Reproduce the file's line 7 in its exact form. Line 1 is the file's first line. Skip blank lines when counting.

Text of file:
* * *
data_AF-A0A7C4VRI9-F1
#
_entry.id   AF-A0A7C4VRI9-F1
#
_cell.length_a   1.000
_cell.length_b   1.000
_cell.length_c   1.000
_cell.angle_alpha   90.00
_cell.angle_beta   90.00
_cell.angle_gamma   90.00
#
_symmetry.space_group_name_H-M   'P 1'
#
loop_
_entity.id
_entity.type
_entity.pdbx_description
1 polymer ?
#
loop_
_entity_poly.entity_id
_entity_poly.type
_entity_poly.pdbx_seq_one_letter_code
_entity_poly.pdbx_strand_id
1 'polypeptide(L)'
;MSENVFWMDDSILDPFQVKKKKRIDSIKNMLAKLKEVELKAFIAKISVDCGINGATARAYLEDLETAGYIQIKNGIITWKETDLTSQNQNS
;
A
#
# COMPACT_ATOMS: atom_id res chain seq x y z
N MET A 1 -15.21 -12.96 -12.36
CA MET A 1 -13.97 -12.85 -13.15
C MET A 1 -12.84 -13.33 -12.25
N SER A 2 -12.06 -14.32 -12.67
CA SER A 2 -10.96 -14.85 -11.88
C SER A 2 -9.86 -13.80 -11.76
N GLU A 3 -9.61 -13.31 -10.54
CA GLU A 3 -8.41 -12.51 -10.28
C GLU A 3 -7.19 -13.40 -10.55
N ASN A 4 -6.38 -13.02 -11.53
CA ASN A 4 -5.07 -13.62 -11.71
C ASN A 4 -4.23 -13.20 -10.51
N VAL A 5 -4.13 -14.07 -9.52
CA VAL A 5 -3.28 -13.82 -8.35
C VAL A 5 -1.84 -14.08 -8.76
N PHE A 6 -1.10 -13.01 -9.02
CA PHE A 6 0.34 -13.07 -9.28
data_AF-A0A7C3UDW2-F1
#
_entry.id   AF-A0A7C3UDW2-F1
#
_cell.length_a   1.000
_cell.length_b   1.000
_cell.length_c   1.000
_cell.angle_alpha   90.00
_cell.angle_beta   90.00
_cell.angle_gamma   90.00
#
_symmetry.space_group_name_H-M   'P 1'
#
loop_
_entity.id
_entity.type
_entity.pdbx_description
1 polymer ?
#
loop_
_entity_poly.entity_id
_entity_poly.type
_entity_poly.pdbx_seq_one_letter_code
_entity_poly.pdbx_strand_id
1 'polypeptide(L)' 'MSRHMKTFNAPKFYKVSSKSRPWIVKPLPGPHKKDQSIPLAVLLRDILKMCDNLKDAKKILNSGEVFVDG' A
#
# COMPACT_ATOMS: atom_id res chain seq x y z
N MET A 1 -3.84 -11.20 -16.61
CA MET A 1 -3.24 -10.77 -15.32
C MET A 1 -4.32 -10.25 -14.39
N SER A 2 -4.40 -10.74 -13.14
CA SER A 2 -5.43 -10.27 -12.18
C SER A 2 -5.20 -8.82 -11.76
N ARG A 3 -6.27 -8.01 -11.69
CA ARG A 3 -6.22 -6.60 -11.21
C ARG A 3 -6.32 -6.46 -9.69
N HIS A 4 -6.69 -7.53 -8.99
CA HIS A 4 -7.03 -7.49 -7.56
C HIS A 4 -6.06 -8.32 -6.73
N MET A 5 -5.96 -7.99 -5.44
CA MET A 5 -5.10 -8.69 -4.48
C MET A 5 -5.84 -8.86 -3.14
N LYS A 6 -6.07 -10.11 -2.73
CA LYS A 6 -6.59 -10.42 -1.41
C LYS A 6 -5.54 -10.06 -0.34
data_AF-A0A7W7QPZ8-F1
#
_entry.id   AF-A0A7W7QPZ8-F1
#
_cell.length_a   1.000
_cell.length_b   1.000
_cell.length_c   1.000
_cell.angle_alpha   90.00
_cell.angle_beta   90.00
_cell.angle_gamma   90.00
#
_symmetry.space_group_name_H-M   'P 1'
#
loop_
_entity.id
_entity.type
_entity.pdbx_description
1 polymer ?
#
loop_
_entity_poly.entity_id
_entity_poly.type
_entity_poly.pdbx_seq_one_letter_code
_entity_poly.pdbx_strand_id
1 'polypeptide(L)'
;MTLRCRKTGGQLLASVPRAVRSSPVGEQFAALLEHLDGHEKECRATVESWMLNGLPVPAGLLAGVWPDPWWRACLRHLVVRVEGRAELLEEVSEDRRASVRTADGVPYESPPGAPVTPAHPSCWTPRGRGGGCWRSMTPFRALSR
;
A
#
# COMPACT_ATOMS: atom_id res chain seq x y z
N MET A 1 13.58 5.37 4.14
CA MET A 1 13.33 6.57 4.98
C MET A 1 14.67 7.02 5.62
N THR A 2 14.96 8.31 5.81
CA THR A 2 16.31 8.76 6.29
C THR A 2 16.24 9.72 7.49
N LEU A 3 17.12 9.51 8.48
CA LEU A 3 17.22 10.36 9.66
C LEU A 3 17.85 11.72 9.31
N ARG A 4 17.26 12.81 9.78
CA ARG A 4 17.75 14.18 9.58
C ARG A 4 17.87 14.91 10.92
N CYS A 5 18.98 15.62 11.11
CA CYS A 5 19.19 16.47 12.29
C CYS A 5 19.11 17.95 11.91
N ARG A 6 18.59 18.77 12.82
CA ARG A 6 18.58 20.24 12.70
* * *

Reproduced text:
_cell.length_c   1.000